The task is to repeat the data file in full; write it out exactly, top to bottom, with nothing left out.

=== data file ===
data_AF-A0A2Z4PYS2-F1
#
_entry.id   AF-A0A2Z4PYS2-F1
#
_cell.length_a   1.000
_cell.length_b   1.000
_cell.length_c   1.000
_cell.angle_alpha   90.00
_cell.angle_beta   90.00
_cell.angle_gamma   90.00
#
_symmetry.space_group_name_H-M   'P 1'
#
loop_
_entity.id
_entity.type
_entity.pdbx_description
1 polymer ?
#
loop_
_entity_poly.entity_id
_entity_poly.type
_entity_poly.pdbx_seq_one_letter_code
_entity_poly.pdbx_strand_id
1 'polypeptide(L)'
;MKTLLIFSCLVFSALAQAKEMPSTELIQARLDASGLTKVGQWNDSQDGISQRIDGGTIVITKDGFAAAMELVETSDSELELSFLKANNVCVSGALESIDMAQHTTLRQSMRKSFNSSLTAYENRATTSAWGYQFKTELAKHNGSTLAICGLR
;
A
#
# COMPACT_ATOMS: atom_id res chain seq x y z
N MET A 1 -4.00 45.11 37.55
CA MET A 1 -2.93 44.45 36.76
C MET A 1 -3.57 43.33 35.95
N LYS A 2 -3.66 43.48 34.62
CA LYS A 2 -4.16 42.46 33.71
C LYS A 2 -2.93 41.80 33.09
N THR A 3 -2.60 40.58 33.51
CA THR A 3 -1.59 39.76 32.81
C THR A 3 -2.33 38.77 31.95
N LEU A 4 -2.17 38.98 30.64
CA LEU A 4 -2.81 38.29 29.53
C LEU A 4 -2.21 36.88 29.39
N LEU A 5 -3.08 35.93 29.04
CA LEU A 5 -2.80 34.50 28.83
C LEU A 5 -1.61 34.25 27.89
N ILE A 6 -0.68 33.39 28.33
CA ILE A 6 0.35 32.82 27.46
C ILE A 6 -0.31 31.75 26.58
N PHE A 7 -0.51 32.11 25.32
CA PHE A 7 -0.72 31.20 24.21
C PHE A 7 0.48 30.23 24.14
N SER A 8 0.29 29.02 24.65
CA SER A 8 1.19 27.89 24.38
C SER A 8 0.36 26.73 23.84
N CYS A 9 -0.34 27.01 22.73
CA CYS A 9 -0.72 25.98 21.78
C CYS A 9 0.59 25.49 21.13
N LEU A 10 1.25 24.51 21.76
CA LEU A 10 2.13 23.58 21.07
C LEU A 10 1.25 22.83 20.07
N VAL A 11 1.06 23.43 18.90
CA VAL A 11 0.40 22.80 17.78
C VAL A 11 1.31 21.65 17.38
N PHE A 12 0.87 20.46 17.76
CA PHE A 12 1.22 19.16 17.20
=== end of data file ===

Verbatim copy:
data_AF-A0A2Z4PYS2-F1
#
_entry.id   AF-A0A2Z4PYS2-F1
#
_cell.length_a   1.000
_cell.length_b   1.000
_cell.length_c   1.000
_cell.angle_alpha   90.00
_cell.angle_beta   90.00
_cell.angle_gamma   90.00
#
_symmetry.space_group_name_H-M   'P 1'
#
loop_
_entity.id
_entity.type
_entity.pdbx_description
1 polymer ?
#
loop_
_entity_poly.entity_id
_entity_poly.type
_entity_poly.pdbx_seq_one_letter_code
_entity_poly.pdbx_strand_id
1 'polypeptide(L)'
;MKTLLIFSCLVFSALAQAKEMPSTELIQARLDASGLTKVGQWNDSQDGISQRIDGGTIVITKDGFAAAMELVETSDSELELSFLKANNVCVSGALESIDMAQHTTLRQSMRKSFNSSLTAYENRATTSAWGYQFKTELAKHNGSTLAICGLR
;
A
#
# COMPACT_ATOMS: atom_id res chain seq x y z
N MET A 1 -4.00 45.11 37.55
CA MET A 1 -2.93 44.45 36.76
C MET A 1 -3.57 43.33 35.95
N LYS A 2 -3.66 43.48 34.62
CA LYS A 2 -4.16 42.46 33.71
C LYS A 2 -2.93 41.80 33.09
N THR A 3 -2.60 40.58 33.51
CA THR A 3 -1.59 39.76 32.81
C THR A 3 -2.33 38.77 31.95
N LEU A 4 -2.17 38.98 30.64
CA LEU A 4 -2.81 38.29 29.53
C LEU A 4 -2.21 36.88 29.39
N LEU A 5 -3.08 35.93 29.04
CA LEU A 5 -2.80 34.50 28.83
C LEU A 5 -1.61 34.25 27.89
N ILE A 6 -0.68 33.39 28.33
CA ILE A 6 0.35 32.82 27.46
C ILE A 6 -0.31 31.75 26.58
N PHE A 7 -0.51 32.11 25.32
CA PHE A 7 -0.72 31.20 24.21
C PHE A 7 0.48 30.23 24.14
N SER A 8 0.29 29.02 24.65
CA SER A 8 1.19 27.89 24.38
C SER A 8 0.36 26.73 23.84
N CYS A 9 -0.34 27.01 22.73
CA CYS A 9 -0.72 25.98 21.78
C CYS A 9 0.59 25.49 21.13
N LEU A 10 1.25 24.51 21.76
CA LEU A 10 2.13 23.58 21.07
C LEU A 10 1.25 22.83 20.07
N VAL A 11 1.06 23.43 18.90
CA VAL A 11 0.40 22.80 17.78
C VAL A 11 1.31 21.65 17.38
N PHE A 12 0.87 20.46 17.76
CA PHE A 12 1.22 19.16 17.20